Part of the Food Policy Snapshot Series
Policy Name: An Act To Prohibit the Use of Certain Disposable Food Service Containers (HP0213, LD 289)
Overview: Janet Mills, Governor of Maine, has signed a bill prohibiting the use of disposable food-service containers (such as cups, plates, bowls, take-out boxes, and trays) made of polystyrene, otherwise known as styrofoam. This bill makes Maine the first state in the U.S. that has officially baned styrofoam food and beverage containers. Establishments covered by this law include, but are not limited to, food and eating establishments, markets, and community organizations. However, hospitals, seafood shippers, and “meals on wheels” programs funded by the Department of Health and Human Services are exempt from the law.
Location: Maine, USA
Food policy category:
Program goals: This bill aims to decrease the use of unnecessary single-use plastic foams and to instead promote the use of containers that are either biodegrade or recyclable.
How it works: This law prohibits the sale and distribution of styrofoam containers designed to contain food and beverages. Violation of this law can result in a fine of $100. This bill was signed into law in the hopes of encouraging establishments to use more environmentally-friendly containers instead.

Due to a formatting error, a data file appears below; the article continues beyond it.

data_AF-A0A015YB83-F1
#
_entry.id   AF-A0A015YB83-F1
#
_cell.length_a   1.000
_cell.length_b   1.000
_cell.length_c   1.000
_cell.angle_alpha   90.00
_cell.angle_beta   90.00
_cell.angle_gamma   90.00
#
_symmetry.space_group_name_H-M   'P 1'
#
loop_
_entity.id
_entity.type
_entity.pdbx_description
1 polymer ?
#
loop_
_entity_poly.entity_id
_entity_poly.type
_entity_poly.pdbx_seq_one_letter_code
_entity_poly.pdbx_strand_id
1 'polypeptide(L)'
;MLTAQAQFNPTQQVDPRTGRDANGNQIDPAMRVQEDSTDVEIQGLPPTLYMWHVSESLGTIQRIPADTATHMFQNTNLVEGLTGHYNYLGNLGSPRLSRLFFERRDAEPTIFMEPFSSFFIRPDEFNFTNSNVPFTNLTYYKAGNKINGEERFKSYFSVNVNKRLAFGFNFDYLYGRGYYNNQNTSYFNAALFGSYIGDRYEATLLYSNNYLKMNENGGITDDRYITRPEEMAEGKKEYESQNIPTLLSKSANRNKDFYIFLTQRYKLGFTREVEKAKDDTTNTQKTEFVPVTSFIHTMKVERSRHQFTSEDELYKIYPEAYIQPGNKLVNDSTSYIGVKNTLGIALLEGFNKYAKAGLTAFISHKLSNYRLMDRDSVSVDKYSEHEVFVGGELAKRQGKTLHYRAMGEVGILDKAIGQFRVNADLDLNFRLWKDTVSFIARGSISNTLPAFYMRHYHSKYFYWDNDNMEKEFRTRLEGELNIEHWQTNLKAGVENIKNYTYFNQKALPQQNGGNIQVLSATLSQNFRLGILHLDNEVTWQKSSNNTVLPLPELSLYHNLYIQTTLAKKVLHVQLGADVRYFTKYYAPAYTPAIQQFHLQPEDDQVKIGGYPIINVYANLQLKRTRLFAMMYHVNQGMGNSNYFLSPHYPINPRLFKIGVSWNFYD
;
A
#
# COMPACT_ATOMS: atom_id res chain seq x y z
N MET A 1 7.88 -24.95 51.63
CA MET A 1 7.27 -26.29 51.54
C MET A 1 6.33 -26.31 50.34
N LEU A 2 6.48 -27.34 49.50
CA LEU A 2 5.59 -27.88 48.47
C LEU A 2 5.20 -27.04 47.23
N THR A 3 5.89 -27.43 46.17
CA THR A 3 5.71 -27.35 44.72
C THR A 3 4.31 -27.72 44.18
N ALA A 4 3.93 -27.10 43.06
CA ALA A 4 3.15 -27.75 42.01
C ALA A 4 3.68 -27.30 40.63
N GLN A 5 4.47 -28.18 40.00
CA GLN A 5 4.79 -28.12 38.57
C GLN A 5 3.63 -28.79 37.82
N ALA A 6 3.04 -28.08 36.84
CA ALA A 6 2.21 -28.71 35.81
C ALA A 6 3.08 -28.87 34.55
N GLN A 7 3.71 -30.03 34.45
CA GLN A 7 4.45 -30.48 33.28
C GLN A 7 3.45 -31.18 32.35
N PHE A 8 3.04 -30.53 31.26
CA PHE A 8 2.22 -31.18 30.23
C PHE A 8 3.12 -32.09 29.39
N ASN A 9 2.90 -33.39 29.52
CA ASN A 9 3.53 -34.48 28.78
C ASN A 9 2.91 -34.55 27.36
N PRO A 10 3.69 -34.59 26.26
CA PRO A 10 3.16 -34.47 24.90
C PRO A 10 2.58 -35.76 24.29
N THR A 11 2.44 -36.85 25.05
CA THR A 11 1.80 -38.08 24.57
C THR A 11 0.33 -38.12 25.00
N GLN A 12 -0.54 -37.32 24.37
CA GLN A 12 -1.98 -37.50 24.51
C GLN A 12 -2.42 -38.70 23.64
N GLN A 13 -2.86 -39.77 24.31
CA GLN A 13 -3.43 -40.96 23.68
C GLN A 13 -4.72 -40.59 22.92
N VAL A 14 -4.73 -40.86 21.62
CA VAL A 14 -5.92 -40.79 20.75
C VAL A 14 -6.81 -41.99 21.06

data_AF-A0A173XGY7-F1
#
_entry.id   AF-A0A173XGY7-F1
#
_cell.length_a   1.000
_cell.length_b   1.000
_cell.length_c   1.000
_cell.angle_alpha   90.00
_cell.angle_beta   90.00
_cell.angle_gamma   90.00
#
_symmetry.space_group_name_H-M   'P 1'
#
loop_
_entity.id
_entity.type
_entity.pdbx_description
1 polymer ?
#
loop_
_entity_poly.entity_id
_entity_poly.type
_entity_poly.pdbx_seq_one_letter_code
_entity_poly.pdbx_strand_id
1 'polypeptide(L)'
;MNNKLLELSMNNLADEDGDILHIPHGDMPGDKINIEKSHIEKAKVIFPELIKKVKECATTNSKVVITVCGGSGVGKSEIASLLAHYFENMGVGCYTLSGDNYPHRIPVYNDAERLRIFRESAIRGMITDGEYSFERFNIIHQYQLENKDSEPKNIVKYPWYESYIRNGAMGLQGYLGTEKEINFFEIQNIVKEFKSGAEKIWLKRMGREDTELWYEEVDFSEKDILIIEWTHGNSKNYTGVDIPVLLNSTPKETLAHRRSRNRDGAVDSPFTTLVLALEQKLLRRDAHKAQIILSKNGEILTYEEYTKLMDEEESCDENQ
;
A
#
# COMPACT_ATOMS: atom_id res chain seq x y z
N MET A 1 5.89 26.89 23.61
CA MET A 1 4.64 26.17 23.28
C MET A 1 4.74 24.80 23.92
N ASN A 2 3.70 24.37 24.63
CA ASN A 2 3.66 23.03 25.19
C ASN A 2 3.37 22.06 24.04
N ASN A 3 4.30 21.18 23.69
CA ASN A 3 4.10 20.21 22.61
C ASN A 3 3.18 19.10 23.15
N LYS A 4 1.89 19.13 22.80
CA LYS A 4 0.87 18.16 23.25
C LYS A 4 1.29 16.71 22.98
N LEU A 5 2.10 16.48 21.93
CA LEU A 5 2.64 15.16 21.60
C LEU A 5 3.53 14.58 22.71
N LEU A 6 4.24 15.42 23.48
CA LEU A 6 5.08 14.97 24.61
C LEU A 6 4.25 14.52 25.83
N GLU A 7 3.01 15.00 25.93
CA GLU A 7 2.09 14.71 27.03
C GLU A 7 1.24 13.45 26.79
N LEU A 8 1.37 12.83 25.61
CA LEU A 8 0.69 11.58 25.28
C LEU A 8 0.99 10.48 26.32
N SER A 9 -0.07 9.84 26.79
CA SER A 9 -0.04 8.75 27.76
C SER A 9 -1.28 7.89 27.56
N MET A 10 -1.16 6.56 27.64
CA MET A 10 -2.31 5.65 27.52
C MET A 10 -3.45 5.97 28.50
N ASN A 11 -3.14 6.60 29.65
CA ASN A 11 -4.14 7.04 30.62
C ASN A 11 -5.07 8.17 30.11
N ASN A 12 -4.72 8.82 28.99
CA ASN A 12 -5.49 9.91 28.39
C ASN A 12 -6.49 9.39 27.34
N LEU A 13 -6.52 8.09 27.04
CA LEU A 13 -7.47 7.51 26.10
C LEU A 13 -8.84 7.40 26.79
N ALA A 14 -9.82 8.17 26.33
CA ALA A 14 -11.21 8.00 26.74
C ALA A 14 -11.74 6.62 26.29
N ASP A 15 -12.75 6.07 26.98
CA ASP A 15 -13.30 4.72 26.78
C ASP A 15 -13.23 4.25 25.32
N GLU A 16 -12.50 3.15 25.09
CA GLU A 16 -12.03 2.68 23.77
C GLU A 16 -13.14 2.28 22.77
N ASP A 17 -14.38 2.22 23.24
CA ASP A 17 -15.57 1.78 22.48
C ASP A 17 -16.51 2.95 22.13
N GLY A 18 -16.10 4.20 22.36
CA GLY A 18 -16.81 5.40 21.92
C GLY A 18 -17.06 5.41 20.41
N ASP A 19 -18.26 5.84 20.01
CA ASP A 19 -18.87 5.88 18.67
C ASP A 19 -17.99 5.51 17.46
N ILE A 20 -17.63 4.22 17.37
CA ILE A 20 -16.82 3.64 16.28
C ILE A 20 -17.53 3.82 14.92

Progress to date: The state of Maine has successfully banned styrofoam containers on a smaller scale in the past. Since 1990, styrofoam containers have been prohibited in official state facilities and functions. According to the Natural Resources Council of Maine, 14 towns and cities in the state have banned disposable styrofoam containers at the local level.
Governor Mill’s decision comes after a months-long debate in the Maine Legislature. The bill was originally proposed by Representative Stanley Paige Zeigler.
Why it is important: Polystyrene (styrofoam) is a material that is not recyclable and can break down into microplastic particles that are harmful to wildlife and the environment. Styrofoam can easily absorb toxins. So, when pieces of it break down into smaller particles they are often mistaken for food by wildlife, and can thus find their way back into our food system.
The Natural Resources Council of Maine (NRCM) has determined that 256 million pieces of disposable foam objects (cups, plates, bowls…) are discarded every year in Maine.
Program will be initiated: The law will go into effect in January of 2020. From that time forward, stores will not be allowed to sell or distribute service ware (containers, bowls, plates, trays, cartons, cups, or lids) composed of styrofoam.
Point of Contact: https://www.maine.gov/governor/mills/contact
Similar practices: Maryland legislation was passed in April, but has not not yet been signed by Governor Larry Hogan; similar bans are also being introduced in the state of Hawaii, California, and New York, as well as by individual cities including Miami Beach, Florida, Minneapolis, Minnesota, Portland, Oregon, and Nantucket, Massachusetts.